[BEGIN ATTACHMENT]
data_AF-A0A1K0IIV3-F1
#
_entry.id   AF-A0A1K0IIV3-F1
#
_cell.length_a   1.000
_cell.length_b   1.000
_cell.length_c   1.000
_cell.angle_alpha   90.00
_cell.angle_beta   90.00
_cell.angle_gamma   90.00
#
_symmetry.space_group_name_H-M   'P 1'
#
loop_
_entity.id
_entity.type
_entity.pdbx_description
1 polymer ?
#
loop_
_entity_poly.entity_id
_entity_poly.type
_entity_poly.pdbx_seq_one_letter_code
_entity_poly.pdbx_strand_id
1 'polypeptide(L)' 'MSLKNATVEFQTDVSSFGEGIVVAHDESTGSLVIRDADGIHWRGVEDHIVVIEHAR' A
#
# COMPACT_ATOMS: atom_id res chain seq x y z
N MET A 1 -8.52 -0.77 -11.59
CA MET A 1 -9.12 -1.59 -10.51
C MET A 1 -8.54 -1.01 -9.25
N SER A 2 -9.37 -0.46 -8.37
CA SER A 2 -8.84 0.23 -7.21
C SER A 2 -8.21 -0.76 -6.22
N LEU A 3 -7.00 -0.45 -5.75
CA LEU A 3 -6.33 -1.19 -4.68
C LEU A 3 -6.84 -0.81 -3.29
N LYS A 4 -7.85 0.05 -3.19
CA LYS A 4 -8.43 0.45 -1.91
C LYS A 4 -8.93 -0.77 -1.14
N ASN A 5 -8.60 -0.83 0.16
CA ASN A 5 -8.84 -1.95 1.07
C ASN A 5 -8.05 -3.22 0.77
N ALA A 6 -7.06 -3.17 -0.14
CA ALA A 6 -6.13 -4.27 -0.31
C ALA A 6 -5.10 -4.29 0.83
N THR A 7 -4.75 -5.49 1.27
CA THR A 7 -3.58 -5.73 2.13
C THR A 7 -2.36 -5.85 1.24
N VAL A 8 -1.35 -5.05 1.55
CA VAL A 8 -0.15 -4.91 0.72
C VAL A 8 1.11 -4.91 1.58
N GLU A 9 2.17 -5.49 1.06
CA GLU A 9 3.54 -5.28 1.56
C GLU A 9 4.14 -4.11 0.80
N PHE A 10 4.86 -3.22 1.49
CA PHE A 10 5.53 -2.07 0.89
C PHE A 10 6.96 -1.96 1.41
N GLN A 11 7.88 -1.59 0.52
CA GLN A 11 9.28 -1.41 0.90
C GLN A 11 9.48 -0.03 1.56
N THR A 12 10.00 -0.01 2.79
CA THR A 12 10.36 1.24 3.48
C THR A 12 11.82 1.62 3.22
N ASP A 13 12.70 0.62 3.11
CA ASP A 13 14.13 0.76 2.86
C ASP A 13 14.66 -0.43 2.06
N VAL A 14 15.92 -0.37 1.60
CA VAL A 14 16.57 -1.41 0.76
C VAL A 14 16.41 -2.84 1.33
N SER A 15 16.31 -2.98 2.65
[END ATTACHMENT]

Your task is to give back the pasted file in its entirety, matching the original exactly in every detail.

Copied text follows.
data_AF-A0A1K0IIV3-F1
#
_entry.id   AF-A0A1K0IIV3-F1
#
_cell.length_a   1.000
_cell.length_b   1.000
_cell.length_c   1.000
_cell.angle_alpha   90.00
_cell.angle_beta   90.00
_cell.angle_gamma   90.00
#
_symmetry.space_group_name_H-M   'P 1'
#
loop_
_entity.id
_entity.type
_entity.pdbx_description
1 polymer ?
#
loop_
_entity_poly.entity_id
_entity_poly.type
_entity_poly.pdbx_seq_one_letter_code
_entity_poly.pdbx_strand_id
1 'polypeptide(L)' 'MSLKNATVEFQTDVSSFGEGIVVAHDESTGSLVIRDADGIHWRGVEDHIVVIEHAR' A
#
# COMPACT_ATOMS: atom_id res chain seq x y z
N MET A 1 -8.52 -0.77 -11.59
CA MET A 1 -9.12 -1.59 -10.51
C MET A 1 -8.54 -1.01 -9.25
N SER A 2 -9.37 -0.46 -8.37
CA SER A 2 -8.84 0.23 -7.21
C SER A 2 -8.21 -0.76 -6.22
N LEU A 3 -7.00 -0.45 -5.75
CA LEU A 3 -6.33 -1.19 -4.68
C LEU A 3 -6.84 -0.81 -3.29
N LYS A 4 -7.85 0.05 -3.19
CA LYS A 4 -8.43 0.45 -1.91
C LYS A 4 -8.93 -0.77 -1.14
N ASN A 5 -8.60 -0.83 0.16
CA ASN A 5 -8.84 -1.95 1.07
C ASN A 5 -8.05 -3.22 0.77
N ALA A 6 -7.06 -3.17 -0.14
CA ALA A 6 -6.13 -4.27 -0.31
C ALA A 6 -5.10 -4.29 0.83
N THR A 7 -4.75 -5.49 1.27
CA THR A 7 -3.58 -5.73 2.13
C THR A 7 -2.36 -5.85 1.24
N VAL A 8 -1.35 -5.05 1.55
CA VAL A 8 -0.15 -4.91 0.72
C VAL A 8 1.11 -4.91 1.58
N GLU A 9 2.17 -5.49 1.06
CA GLU A 9 3.54 -5.28 1.56
C GLU A 9 4.14 -4.11 0.80
N PHE A 10 4.86 -3.22 1.49
CA PHE A 10 5.53 -2.07 0.89
C PHE A 10 6.96 -1.96 1.41
N GLN A 11 7.88 -1.59 0.52
CA GLN A 11 9.28 -1.41 0.90
C GLN A 11 9.48 -0.03 1.56
N THR A 12 10.00 -0.01 2.79
CA THR A 12 10.36 1.24 3.48
C THR A 12 11.82 1.62 3.22
N ASP A 13 12.70 0.62 3.11
CA ASP A 13 14.13 0.76 2.86
C ASP A 13 14.66 -0.43 2.06
N VAL A 14 15.92 -0.37 1.60
CA VAL A 14 16.57 -1.41 0.76
C VAL A 14 16.41 -2.84 1.33
N SER A 15 16.31 -2.98 2.65